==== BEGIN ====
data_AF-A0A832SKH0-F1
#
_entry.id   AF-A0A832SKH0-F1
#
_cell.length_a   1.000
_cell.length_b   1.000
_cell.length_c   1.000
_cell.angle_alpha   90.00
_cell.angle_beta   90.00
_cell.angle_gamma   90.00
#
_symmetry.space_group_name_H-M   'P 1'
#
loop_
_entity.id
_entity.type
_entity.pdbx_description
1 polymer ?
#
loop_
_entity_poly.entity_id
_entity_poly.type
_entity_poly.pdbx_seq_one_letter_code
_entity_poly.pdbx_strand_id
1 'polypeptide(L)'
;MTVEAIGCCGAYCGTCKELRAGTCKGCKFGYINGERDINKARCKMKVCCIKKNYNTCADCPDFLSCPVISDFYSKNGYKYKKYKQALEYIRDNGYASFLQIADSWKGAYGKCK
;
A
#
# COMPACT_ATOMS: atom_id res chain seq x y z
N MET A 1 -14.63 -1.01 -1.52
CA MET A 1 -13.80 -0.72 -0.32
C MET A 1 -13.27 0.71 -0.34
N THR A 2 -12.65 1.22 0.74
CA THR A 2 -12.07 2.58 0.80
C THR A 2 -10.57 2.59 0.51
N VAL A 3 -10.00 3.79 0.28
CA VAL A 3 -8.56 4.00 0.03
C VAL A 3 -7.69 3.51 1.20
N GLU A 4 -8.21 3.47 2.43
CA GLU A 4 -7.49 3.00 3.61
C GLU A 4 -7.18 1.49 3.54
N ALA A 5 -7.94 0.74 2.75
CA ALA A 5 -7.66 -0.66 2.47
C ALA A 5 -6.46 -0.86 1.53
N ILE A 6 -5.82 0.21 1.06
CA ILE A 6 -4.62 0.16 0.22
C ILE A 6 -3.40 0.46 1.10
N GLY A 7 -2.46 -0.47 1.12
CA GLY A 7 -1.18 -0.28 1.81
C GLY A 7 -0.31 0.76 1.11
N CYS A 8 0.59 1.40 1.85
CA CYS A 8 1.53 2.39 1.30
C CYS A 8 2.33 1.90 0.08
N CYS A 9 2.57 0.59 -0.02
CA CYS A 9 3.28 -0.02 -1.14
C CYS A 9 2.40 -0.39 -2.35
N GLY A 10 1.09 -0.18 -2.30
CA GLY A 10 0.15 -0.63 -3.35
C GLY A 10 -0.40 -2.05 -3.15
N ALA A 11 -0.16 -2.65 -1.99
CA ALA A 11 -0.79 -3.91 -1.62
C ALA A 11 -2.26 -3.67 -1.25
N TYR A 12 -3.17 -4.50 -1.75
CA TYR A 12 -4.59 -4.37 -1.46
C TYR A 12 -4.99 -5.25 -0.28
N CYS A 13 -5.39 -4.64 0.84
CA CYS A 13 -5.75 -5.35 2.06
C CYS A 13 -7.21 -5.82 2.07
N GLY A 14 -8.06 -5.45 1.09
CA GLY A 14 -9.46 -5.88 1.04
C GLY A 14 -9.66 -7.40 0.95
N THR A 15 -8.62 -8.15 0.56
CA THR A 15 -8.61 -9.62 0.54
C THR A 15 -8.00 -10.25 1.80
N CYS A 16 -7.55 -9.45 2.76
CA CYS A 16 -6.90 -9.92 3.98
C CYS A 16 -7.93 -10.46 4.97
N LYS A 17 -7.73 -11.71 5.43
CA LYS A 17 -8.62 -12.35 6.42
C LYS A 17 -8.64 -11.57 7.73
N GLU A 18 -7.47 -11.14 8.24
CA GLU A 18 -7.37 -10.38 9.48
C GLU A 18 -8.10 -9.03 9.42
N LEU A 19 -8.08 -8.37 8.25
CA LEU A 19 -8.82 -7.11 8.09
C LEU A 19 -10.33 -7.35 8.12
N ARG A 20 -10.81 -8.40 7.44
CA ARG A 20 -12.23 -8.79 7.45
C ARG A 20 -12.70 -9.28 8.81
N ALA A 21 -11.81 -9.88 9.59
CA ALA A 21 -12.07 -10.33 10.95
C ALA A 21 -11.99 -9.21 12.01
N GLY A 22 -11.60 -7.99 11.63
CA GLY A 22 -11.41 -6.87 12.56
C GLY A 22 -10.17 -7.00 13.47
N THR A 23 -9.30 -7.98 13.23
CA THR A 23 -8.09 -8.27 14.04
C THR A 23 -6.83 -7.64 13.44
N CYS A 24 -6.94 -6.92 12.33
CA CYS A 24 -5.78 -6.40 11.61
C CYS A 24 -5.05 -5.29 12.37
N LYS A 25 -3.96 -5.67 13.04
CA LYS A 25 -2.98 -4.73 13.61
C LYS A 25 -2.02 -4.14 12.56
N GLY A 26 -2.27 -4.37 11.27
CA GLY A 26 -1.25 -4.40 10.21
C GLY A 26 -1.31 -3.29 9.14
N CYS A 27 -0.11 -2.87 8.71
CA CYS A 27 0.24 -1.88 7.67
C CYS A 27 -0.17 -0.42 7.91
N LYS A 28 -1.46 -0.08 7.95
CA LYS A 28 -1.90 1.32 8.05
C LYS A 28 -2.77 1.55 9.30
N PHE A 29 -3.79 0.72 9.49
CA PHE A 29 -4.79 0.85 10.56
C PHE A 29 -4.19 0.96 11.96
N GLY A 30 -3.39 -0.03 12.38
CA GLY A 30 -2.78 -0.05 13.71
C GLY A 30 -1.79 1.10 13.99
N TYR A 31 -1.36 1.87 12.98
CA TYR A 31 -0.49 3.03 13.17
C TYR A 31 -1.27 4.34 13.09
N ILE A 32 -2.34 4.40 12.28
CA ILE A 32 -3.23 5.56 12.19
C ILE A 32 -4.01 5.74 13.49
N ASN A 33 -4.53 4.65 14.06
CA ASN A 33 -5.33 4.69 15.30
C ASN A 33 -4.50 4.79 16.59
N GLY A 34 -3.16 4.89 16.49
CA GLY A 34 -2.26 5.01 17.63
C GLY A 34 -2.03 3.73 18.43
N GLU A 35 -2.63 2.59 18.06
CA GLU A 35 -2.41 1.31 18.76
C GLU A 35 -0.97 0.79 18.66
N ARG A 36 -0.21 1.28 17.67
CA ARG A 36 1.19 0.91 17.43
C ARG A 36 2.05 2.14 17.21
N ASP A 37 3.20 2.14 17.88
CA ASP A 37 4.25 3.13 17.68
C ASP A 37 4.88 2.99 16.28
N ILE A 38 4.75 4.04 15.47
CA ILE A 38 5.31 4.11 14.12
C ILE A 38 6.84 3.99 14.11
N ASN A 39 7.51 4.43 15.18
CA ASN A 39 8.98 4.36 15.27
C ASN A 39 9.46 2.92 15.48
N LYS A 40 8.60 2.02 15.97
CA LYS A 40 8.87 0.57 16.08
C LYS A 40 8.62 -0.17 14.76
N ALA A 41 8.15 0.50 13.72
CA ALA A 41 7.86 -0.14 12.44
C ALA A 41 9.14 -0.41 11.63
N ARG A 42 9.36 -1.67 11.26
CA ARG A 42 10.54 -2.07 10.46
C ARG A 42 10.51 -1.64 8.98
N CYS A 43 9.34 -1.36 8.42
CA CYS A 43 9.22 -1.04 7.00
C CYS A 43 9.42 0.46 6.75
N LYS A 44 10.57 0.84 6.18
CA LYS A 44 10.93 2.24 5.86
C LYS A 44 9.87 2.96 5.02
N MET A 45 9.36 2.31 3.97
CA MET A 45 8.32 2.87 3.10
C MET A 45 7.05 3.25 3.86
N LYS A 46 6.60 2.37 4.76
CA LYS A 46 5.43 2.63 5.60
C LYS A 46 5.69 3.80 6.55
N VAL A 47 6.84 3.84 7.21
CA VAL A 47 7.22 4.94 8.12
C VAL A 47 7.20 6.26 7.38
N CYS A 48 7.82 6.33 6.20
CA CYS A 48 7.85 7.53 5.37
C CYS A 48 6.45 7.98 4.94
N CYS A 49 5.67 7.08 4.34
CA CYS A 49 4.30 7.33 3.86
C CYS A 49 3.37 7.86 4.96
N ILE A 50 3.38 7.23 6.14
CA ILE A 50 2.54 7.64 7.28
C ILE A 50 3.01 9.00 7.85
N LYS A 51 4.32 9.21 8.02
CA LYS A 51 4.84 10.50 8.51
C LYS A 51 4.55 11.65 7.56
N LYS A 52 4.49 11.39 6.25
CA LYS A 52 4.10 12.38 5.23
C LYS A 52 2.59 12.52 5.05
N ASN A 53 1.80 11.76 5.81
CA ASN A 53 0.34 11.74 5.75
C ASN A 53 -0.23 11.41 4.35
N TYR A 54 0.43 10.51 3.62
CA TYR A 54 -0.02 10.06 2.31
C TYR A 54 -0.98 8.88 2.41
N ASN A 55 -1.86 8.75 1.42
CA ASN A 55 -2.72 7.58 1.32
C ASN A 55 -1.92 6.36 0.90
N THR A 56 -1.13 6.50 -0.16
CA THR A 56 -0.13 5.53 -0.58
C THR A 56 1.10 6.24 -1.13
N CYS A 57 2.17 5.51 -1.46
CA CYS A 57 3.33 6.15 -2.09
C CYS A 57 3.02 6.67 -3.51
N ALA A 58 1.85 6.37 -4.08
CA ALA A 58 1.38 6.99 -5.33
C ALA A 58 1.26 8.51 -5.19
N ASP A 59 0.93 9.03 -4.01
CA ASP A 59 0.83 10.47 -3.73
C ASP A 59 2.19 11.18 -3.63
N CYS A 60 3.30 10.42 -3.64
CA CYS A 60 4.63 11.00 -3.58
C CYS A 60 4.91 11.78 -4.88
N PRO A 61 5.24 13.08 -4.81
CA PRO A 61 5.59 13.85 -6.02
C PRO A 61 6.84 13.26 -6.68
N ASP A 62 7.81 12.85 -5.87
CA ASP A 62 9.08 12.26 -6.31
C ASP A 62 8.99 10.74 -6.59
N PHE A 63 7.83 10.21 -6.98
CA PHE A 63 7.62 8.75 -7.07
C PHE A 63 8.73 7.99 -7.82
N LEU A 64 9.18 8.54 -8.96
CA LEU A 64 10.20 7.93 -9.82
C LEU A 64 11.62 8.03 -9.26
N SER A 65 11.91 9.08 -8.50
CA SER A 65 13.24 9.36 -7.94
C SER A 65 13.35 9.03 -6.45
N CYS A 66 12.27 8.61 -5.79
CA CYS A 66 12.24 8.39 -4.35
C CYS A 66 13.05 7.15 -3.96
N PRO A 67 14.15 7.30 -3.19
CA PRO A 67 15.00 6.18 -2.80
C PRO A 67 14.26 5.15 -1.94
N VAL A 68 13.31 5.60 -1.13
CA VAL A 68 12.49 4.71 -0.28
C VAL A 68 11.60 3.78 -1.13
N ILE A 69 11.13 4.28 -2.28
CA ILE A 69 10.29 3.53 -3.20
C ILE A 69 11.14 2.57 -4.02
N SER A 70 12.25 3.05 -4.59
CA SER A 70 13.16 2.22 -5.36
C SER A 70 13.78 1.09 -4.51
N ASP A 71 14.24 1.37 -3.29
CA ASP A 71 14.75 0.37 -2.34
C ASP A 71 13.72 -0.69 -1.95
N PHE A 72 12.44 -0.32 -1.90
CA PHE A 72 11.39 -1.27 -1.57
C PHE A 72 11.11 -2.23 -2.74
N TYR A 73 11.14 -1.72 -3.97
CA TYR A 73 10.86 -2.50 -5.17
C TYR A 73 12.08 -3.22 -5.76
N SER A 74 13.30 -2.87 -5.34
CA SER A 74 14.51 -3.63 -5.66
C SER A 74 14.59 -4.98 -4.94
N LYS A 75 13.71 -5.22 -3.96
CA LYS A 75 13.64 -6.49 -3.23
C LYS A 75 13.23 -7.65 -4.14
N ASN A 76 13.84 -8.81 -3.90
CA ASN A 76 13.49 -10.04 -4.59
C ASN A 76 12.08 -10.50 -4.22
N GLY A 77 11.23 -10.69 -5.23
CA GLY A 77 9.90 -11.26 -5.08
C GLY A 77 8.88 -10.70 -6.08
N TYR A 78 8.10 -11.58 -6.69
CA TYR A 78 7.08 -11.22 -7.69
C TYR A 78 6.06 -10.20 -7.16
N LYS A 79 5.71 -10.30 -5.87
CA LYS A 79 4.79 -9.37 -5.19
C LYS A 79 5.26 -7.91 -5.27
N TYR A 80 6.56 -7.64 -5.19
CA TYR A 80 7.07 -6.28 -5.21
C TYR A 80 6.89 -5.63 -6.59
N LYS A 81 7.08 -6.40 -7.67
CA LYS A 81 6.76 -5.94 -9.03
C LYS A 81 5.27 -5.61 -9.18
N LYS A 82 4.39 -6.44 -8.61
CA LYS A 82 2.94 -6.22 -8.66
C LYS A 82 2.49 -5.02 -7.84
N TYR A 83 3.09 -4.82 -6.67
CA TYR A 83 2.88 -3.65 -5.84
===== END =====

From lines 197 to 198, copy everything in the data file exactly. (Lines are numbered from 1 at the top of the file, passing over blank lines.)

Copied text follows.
CA THR A 56 -0.13 5.53 -0.58
C THR A 56 1.10 6.24 -1.13